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Reviewed by Jordan Hylden


Looking Toward the New Jerusalem

The powerful witness of Richard John Neuhaus' last book.

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Of course, Hauerwas and Neuhaus certainly had their differences, and readers of American Babylon will not find them difficult to discern. While Hauerwas' vision of Christians in American public life centered on the phrase "resident aliens," Neuhaus preferred the locution "alien citizens"—an emphasis that fell more on our citizenship in the city of man than Hauerwas liked. If one side of the book warns against substituting America for the church, the other side warns against dismissing our country as simply the Babylonian whore, full stop.

Neuhaus had long claimed that he planned to "meet God as an American." The point of this provocation wasn't to prop up an uncritical jingoism. In American Babylon, as elsewhere, Neuhaus simply argues that our national identity is an inescapable and not insignificant part of who we are, and that certain responsibilities go along with our citizenship. Neuhaus and Hauerwas agreed that the "first responsibility of the Church is to be the Church," but Neuhaus was always more ready to think aloud about what we owe as Christians to communities other than the Church.

He was also much more willing to think about the place of such communities in the "story of the world," meaning the story of God's providence. While ever wary of the dangers to which providential thinking about America has led in the past, Neuhaus argues that such discernment is a necessary and unavoidable part of thinking theologically about what it means to be not only a Christian but also an American, or a New Yorker, or a member of this school board or this family. Done rightly, such thinking does not lead to hubris but rather to a properly humble wisdom about our vocation, national and otherwise.

How then should we Christians participate in the public life of our American Babylon, the land of our exile? The chief political contribution of the Church, Neuhaus claims, is "to provide a transcendent horizon for our civil arguments, to temper the passionate confusions of the political ultimate with the theological ultimate, and to insist that our common humanity and gift of reason are capable of deliberating how we ought to order our life together."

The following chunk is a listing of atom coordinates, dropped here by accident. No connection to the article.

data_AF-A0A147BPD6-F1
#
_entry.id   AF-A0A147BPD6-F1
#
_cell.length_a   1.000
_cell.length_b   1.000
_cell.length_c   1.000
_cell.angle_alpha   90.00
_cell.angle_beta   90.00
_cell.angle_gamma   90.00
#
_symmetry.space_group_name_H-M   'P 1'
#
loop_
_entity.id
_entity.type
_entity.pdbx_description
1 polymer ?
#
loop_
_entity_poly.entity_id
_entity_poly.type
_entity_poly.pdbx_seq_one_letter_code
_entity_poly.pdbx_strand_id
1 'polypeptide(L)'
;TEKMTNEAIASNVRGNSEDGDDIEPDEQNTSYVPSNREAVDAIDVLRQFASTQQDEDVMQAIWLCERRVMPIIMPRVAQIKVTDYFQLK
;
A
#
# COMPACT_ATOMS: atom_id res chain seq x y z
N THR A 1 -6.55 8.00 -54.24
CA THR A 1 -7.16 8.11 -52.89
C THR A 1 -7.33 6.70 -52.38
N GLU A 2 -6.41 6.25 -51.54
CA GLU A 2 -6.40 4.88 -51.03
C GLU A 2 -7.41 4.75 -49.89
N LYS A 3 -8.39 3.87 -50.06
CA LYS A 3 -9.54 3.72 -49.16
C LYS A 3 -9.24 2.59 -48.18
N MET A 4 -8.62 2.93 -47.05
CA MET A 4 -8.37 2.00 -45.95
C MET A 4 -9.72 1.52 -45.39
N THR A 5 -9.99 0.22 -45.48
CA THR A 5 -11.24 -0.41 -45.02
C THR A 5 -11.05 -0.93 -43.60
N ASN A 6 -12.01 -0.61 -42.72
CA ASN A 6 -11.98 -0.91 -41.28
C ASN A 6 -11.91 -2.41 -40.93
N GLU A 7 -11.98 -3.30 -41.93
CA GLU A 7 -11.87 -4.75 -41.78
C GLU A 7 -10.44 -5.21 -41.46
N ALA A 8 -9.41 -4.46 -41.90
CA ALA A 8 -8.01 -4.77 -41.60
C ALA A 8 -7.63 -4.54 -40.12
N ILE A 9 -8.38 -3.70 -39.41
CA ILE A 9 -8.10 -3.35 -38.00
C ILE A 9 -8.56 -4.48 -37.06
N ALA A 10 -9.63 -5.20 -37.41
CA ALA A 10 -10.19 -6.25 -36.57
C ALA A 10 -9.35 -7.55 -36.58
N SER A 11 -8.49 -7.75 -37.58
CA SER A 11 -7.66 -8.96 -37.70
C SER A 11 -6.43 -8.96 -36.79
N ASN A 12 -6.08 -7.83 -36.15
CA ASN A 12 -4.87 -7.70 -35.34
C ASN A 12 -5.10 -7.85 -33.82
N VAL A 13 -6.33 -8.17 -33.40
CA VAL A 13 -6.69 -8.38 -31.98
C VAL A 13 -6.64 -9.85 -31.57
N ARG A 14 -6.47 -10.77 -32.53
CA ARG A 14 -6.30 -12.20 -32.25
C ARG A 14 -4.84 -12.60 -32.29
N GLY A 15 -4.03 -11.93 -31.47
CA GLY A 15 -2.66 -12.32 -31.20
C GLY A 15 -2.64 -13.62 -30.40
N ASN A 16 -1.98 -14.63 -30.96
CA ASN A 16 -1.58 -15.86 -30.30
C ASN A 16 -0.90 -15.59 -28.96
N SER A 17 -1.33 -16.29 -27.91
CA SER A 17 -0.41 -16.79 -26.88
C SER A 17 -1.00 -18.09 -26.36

The first part here is crucial. Without the sense that we as a nation are answerable to a higher judgment than our own, we are all too apt to fall prey to the sin of national hubris. What's more, we lose the prophetic language that has stood behind so many of our national reforms—it's no accident that black Americans like the Rev. Martin Luther King, Jr., spoke as Christians calling the nation to account for their sins. America is not now and never has been merely a "secular nation," bound by no more than the Lockean social contract. More than that, our Puritan heritage has always reminded us of our compact with God, who "created equal" all men and women and is the transcendent source of human dignity.

If we go wrong on the foundational question of human dignity, Neuhaus thinks, we're likely to go wrong on much else as well. Abortion had long been Neuhaus' first political concern, and in American Babylon he warns of what it means to have forgotten the basic dignity of the smallest and weakest among us. As manifested most famously in the 1996 "End of Democracy" forum in First Things, Neuhaus worried deeply about the anti-political implications of an imperial judiciary voiding both the deliberative decisions of the states and the right to life of the unborn. We desperately need to renew a sense of the transcendent dignity of every human person, Neuhaus thought, as well as the knowledge that America is not its own ultimate arbiter but instead stands finally "under God." Neuhaus knew his Tocqueville: both the tyranny of the majority and the tyranny of the minority are dangers into which a secular totalism can otherwise fall.

Beyond the transcendent horizon it offers for civil engagement, the Church's next great contribution is to insist that our commonly held "gift of reason" enables us to deliberate together about politics. Here, Neuhaus draws upon the Catholic natural-law tradition and figures like C.S. Lewis to argue that since we are all fashioned in God's image, we can all converse together about how to order our lives, regardless of religious or moral background. For Neuhaus, public enemy #1 was the pragmatic liberal ironist Richard Rorty, who (along with Alasdair MacIntyre's "barbarians") rejects both God and public reason.

Of course, Neuhaus thought that all atheists, not just Rorty, have a harder time accounting for where the gift of reason comes from, as well as the sense of transcendent judgment, human dignity, and our compact with God that are so central to American identity. What's more, Neuhaus rightly points out that most Americans, when asked about the source of their morality, will point to religion, and most often to Judaism or Christianity. Hence Neuhaus argues that the public philosophy by which American politics is guided should be "religiously grounded" in the Judeo-Christian moral tradition—otherwise, given the religious beliefs of most Americans, it simply will not be democratic.

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